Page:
David Cameron has said he wants to send his daughter to a faith school rather than allow her to get "a bit lost" in a standard state primary.
Mr Cameron said he was protective of his daughter
The Conservative leader told BBC Radio 4's You and Yours that he wanted all parents to "have a choice" on the issue of education.
A smaller, state-funded church school would offer more "familiarity" for his daughter Nancy, he explained.
Mr Cameron's son Ivan attends a state special needs school.
Asked whether Nancy would go to a "neighbourhood" state school, Mr Cameron said: "I'm quite a fan of faith schools and we're looking at a church school we're very keen on, but we'll have to see what places are available."
He added: "I do worry that some of the primary schools - maybe I'm being over-precious and protective of my daughter - but you sort of feel that your small child is going to go into this enormous state primary school and may get a bit lost."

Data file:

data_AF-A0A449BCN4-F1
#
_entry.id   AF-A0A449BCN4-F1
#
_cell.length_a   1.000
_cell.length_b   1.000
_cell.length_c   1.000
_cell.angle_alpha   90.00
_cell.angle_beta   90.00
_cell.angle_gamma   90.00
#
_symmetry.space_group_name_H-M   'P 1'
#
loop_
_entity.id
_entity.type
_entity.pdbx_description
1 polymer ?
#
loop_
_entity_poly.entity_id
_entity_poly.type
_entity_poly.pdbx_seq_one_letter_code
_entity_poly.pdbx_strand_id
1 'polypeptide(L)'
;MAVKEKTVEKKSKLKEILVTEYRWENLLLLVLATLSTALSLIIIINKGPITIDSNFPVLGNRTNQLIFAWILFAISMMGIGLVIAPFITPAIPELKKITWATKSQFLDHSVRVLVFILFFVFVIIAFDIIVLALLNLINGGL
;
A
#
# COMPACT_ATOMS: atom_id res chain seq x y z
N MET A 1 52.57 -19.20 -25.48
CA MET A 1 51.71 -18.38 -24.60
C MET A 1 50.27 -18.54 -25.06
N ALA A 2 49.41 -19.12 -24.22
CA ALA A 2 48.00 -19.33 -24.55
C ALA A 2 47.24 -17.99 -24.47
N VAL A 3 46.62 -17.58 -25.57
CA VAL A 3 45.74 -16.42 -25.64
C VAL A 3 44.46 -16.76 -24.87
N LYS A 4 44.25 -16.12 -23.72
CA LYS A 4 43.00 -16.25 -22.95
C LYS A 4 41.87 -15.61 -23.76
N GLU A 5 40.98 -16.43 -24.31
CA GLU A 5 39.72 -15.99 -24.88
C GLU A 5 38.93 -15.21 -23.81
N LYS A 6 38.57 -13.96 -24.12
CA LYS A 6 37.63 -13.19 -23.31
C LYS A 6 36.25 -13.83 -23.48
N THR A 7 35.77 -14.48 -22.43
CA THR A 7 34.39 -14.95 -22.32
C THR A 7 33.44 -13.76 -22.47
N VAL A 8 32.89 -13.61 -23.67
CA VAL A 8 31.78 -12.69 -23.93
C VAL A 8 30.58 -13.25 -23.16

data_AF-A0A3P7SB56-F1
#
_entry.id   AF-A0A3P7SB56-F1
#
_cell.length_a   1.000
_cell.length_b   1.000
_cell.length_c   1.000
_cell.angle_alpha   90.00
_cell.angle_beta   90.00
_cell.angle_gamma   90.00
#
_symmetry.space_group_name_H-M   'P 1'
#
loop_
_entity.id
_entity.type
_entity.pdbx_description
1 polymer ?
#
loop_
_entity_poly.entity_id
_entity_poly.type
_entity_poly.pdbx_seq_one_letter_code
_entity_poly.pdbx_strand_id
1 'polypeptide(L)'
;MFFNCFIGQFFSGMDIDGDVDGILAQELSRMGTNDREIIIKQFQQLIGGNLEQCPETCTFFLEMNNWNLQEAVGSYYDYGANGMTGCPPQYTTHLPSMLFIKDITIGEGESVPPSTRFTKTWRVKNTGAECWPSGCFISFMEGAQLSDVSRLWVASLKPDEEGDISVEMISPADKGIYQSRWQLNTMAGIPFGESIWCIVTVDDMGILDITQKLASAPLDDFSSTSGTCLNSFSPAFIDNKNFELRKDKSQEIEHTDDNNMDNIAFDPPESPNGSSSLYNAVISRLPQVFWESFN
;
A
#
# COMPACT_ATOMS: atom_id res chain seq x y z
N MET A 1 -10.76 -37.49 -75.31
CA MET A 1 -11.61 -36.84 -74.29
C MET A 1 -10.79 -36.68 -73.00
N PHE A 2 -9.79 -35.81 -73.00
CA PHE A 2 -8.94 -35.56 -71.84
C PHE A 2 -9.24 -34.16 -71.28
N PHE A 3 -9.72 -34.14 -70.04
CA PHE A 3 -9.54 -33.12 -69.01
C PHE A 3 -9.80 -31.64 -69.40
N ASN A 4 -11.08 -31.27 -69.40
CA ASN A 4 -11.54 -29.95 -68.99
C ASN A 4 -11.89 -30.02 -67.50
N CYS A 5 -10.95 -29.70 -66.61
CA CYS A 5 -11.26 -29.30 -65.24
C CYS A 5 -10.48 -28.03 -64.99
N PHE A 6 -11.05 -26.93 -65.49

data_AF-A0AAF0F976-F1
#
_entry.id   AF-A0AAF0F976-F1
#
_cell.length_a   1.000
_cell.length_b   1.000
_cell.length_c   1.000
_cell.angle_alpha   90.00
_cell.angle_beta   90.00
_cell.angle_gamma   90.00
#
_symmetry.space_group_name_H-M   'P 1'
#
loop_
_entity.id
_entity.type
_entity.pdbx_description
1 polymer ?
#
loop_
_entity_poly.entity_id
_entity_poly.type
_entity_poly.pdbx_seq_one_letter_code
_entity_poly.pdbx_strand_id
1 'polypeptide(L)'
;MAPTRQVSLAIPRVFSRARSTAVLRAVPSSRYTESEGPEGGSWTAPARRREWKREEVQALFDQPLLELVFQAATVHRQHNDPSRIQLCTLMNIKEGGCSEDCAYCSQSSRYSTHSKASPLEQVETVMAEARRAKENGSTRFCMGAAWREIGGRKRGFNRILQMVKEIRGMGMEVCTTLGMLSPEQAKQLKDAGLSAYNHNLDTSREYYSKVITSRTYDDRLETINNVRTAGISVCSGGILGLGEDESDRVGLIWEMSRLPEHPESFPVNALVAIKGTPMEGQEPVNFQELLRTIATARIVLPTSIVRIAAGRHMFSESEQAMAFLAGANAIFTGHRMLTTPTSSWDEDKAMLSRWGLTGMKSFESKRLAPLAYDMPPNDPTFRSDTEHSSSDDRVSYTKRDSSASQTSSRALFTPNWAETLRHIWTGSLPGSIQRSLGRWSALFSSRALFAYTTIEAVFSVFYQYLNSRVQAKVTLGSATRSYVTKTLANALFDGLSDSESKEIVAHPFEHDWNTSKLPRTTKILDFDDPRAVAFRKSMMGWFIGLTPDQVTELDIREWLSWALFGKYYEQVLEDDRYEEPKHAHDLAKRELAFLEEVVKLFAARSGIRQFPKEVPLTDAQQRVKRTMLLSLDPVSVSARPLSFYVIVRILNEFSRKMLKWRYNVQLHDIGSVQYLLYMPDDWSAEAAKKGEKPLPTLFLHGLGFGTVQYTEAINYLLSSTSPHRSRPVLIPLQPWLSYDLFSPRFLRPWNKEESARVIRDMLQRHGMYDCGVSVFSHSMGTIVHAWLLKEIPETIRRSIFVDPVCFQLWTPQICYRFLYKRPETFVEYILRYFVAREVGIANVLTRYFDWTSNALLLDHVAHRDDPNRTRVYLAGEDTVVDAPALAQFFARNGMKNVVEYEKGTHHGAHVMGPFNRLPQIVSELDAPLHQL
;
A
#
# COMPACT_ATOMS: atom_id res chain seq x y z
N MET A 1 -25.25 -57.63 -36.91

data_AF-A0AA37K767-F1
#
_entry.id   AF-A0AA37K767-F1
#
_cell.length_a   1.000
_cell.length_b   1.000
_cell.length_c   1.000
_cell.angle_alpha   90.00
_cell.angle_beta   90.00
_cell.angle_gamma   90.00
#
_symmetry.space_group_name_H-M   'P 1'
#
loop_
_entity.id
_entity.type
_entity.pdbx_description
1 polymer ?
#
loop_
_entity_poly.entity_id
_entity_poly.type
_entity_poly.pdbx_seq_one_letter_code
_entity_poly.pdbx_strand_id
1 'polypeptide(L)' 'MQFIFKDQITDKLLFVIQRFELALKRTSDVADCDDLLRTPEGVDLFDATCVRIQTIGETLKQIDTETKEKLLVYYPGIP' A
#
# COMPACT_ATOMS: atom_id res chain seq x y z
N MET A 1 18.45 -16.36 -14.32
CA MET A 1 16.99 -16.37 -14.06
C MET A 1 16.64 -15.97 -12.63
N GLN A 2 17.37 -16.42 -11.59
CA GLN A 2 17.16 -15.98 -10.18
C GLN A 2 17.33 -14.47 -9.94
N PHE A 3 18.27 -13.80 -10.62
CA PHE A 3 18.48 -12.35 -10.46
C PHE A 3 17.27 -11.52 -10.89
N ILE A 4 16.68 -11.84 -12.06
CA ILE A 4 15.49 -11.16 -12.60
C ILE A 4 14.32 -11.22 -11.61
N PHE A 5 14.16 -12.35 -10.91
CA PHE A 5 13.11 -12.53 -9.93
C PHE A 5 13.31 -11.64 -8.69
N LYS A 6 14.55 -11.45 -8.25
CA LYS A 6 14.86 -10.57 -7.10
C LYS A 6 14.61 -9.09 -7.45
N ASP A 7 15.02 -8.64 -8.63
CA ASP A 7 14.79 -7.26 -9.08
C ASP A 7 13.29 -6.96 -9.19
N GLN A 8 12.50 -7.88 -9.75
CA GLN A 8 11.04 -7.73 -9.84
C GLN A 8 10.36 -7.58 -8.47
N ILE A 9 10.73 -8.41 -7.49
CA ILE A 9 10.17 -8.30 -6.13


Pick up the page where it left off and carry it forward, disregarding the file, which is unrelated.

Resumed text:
Mr Cameron indicated that the school they were considering in central London followed his Church of England faith.
He said: "I want parents to have a choice. In London, you have a choice."
Tony Blair was heavily criticised in 1995 while opposition leader for sending eldest son Euan to the grant-maintained Catholic London Oratory school in Fulham, south west London.
His other two sons and daughter have also attended faith schools.